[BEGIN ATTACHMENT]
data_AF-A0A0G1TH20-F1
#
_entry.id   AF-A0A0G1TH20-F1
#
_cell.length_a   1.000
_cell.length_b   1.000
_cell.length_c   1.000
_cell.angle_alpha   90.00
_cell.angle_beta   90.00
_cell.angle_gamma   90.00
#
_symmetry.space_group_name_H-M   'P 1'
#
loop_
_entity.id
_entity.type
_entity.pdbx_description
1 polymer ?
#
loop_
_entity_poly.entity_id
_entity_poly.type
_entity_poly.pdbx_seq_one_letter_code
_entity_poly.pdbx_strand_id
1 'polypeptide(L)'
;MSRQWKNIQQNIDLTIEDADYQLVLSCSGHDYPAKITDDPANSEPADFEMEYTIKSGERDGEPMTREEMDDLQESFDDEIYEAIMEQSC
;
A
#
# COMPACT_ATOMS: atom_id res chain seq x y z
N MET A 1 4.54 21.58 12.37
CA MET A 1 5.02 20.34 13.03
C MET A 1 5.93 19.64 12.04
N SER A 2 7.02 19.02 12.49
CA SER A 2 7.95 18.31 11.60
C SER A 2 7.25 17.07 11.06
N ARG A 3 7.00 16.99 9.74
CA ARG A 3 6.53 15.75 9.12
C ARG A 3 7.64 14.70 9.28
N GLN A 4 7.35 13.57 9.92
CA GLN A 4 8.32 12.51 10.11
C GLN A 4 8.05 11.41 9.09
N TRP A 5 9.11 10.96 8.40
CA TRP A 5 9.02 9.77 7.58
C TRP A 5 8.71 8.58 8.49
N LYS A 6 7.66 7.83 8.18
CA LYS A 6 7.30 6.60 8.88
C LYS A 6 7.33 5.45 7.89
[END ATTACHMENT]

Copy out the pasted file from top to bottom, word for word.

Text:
data_AF-A0A0G1TH20-F1
#
_entry.id   AF-A0A0G1TH20-F1
#
_cell.length_a   1.000
_cell.length_b   1.000
_cell.length_c   1.000
_cell.angle_alpha   90.00
_cell.angle_beta   90.00
_cell.angle_gamma   90.00
#
_symmetry.space_group_name_H-M   'P 1'
#
loop_
_entity.id
_entity.type
_entity.pdbx_description
1 polymer ?
#
loop_
_entity_poly.entity_id
_entity_poly.type
_entity_poly.pdbx_seq_one_letter_code
_entity_poly.pdbx_strand_id
1 'polypeptide(L)'
;MSRQWKNIQQNIDLTIEDADYQLVLSCSGHDYPAKITDDPANSEPADFEMEYTIKSGERDGEPMTREEMDDLQESFDDEIYEAIMEQSC
;
A
#
# COMPACT_ATOMS: atom_id res chain seq x y z
N MET A 1 4.54 21.58 12.37
CA MET A 1 5.02 20.34 13.03
C MET A 1 5.93 19.64 12.04
N SER A 2 7.02 19.02 12.49
CA SER A 2 7.95 18.31 11.60
C SER A 2 7.25 17.07 11.06
N ARG A 3 7.00 16.99 9.74
CA ARG A 3 6.53 15.75 9.12
C ARG A 3 7.64 14.70 9.28
N GLN A 4 7.35 13.57 9.92
CA GLN A 4 8.32 12.51 10.11
C GLN A 4 8.05 11.41 9.09
N TRP A 5 9.11 10.96 8.40
CA TRP A 5 9.02 9.77 7.58
C TRP A 5 8.71 8.58 8.49
N LYS A 6 7.66 7.83 8.18
CA LYS A 6 7.30 6.60 8.88
C LYS A 6 7.33 5.45 7.89